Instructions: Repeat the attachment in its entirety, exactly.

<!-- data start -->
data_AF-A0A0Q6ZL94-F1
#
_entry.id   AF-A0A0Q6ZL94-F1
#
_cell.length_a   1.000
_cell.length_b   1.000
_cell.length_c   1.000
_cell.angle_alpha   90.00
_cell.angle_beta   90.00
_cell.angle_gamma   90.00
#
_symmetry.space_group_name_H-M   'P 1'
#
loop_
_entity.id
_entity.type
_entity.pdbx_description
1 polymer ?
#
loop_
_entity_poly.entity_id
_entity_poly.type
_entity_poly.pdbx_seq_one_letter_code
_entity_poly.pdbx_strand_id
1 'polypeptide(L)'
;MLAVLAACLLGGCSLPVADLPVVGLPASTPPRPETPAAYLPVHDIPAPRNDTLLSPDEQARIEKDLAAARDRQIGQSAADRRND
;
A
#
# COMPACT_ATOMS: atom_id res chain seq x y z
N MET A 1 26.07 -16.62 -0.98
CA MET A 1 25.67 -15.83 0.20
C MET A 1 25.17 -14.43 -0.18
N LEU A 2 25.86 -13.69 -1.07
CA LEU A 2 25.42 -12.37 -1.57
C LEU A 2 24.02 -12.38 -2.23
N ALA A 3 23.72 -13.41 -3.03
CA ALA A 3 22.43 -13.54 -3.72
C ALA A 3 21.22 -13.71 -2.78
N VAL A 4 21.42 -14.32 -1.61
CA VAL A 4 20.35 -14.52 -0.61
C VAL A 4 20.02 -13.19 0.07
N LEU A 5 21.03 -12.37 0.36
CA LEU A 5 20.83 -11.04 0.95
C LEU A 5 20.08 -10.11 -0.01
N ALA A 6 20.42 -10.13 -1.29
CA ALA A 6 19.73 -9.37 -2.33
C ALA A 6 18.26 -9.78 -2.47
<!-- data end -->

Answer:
data_AF-A0A0Q6ZL94-F1
#
_entry.id   AF-A0A0Q6ZL94-F1
#
_cell.length_a   1.000
_cell.length_b   1.000
_cell.length_c   1.000
_cell.angle_alpha   90.00
_cell.angle_beta   90.00
_cell.angle_gamma   90.00
#
_symmetry.space_group_name_H-M   'P 1'
#
loop_
_entity.id
_entity.type
_entity.pdbx_description
1 polymer ?
#
loop_
_entity_poly.entity_id
_entity_poly.type
_entity_poly.pdbx_seq_one_letter_code
_entity_poly.pdbx_strand_id
1 'polypeptide(L)'
;MLAVLAACLLGGCSLPVADLPVVGLPASTPPRPETPAAYLPVHDIPAPRNDTLLSPDEQARIEKDLAAARDRQIGQSAADRRND
;
A
#
# COMPACT_ATOMS: atom_id res chain seq x y z
N MET A 1 26.07 -16.62 -0.98
CA MET A 1 25.67 -15.83 0.20
C MET A 1 25.17 -14.43 -0.18
N LEU A 2 25.86 -13.69 -1.07
CA LEU A 2 25.42 -12.37 -1.57
C LEU A 2 24.02 -12.38 -2.23
N ALA A 3 23.72 -13.41 -3.03
CA ALA A 3 22.43 -13.54 -3.72
C ALA A 3 21.22 -13.71 -2.78
N VAL A 4 21.42 -14.32 -1.61
CA VAL A 4 20.35 -14.52 -0.61
C VAL A 4 20.02 -13.19 0.07
N LEU A 5 21.03 -12.37 0.36
CA LEU A 5 20.83 -11.04 0.95
C LEU A 5 20.08 -10.11 -0.01
N ALA A 6 20.42 -10.13 -1.29
CA ALA A 6 19.73 -9.37 -2.33
C ALA A 6 18.26 -9.78 -2.47